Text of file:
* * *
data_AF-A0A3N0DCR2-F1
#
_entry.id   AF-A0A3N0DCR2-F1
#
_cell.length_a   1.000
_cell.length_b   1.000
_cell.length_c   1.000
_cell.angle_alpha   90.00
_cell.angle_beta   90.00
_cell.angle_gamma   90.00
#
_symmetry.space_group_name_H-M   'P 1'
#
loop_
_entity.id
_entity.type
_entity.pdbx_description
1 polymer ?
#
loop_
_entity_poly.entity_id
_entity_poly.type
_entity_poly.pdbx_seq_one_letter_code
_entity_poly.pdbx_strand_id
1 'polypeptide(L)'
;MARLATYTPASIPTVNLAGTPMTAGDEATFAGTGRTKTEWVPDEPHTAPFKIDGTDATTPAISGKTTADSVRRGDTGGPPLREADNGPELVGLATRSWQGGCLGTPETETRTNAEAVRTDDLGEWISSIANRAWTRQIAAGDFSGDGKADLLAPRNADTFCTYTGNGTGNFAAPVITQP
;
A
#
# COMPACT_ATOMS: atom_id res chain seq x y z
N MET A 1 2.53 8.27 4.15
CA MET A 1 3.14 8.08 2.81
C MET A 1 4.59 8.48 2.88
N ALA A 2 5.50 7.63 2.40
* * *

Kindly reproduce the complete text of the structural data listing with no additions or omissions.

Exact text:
data_AF-A0A3N0DCR2-F1
#
_entry.id   AF-A0A3N0DCR2-F1
#
_cell.length_a   1.000
_cell.length_b   1.000
_cell.length_c   1.000
_cell.angle_alpha   90.00
_cell.angle_beta   90.00
_cell.angle_gamma   90.00
#
_symmetry.space_group_name_H-M   'P 1'
#
loop_
_entity.id
_entity.type
_entity.pdbx_description
1 polymer ?
#
loop_
_entity_poly.entity_id
_entity_poly.type
_entity_poly.pdbx_seq_one_letter_code
_entity_poly.pdbx_strand_id
1 'polypeptide(L)'
;MARLATYTPASIPTVNLAGTPMTAGDEATFAGTGRTKTEWVPDEPHTAPFKIDGTDATTPAISGKTTADSVRRGDTGGPPLREADNGPELVGLATRSWQGGCLGTPETETRTNAEAVRTDDLGEWISSIANRAWTRQIAAGDFSGDGKADLLAPRNADTFCTYTGNGTGNFAAPVITQP
;
A
#
# COMPACT_ATOMS: atom_id res chain seq x y z
N MET A 1 2.53 8.27 4.15
CA MET A 1 3.14 8.08 2.81
C MET A 1 4.59 8.48 2.88
N ALA A 2 5.50 7.63 2.40